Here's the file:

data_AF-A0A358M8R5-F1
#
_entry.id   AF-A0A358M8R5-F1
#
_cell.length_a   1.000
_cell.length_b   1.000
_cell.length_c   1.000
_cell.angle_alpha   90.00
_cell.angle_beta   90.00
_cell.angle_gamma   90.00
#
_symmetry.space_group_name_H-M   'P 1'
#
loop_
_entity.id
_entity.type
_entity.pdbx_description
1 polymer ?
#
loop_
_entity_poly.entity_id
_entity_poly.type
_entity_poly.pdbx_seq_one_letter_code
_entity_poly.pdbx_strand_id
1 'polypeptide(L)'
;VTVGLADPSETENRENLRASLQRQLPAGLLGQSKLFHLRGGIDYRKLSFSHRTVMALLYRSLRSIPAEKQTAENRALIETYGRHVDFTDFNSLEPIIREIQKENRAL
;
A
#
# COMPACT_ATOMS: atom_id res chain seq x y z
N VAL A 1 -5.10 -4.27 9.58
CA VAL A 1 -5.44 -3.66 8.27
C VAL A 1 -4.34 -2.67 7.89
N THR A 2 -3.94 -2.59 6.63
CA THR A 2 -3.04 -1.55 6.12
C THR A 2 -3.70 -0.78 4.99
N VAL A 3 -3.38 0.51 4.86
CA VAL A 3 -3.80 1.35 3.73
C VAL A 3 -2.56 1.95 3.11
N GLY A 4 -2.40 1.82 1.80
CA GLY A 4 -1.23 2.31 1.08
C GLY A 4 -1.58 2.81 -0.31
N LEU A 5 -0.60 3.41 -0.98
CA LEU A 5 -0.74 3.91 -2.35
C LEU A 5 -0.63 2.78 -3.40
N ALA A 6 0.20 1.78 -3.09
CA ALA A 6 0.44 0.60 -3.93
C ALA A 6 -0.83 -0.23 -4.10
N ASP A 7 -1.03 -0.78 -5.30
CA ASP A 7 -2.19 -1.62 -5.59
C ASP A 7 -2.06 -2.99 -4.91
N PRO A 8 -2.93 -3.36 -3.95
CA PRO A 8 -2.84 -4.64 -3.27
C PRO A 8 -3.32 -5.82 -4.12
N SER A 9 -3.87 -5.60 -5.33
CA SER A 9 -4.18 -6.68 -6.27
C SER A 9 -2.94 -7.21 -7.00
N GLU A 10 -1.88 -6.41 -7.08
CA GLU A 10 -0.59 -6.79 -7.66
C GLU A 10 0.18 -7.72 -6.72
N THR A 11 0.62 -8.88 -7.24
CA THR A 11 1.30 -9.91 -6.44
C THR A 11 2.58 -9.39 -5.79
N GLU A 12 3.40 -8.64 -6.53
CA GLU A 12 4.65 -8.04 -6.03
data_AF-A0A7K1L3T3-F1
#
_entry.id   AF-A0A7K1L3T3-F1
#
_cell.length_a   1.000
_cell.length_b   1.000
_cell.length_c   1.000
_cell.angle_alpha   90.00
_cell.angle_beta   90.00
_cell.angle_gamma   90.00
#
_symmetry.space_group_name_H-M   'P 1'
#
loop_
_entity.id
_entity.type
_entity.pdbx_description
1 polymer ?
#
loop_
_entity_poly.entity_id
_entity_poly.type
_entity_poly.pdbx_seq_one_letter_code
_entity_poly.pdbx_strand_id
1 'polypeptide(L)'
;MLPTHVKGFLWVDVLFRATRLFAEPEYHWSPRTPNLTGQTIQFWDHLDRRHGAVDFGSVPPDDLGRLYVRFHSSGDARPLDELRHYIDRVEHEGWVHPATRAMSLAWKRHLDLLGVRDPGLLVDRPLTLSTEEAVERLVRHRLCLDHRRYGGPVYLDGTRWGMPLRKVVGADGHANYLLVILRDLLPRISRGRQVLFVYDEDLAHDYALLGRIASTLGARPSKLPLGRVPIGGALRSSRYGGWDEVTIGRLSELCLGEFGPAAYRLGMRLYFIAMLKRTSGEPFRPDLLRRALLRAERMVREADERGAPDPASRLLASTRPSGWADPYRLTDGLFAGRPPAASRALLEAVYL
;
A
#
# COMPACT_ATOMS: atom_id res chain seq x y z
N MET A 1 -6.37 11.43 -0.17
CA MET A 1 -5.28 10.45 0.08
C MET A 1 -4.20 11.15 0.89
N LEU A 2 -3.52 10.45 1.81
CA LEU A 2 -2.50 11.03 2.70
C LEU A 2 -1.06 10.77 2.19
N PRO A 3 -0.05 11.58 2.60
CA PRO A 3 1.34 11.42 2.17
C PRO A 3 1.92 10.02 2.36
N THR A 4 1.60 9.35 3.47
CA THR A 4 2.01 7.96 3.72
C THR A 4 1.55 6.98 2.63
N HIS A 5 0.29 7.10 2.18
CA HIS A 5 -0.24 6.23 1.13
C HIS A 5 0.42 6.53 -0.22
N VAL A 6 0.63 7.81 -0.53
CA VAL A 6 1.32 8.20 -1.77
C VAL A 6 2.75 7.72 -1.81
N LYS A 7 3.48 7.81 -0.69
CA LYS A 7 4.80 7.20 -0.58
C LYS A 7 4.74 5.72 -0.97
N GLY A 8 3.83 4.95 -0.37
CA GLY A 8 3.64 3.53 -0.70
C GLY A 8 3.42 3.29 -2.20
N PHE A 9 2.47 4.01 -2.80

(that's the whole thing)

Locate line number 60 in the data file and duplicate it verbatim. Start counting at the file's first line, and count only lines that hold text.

C GLU A 10 0.18 -7.72 -6.72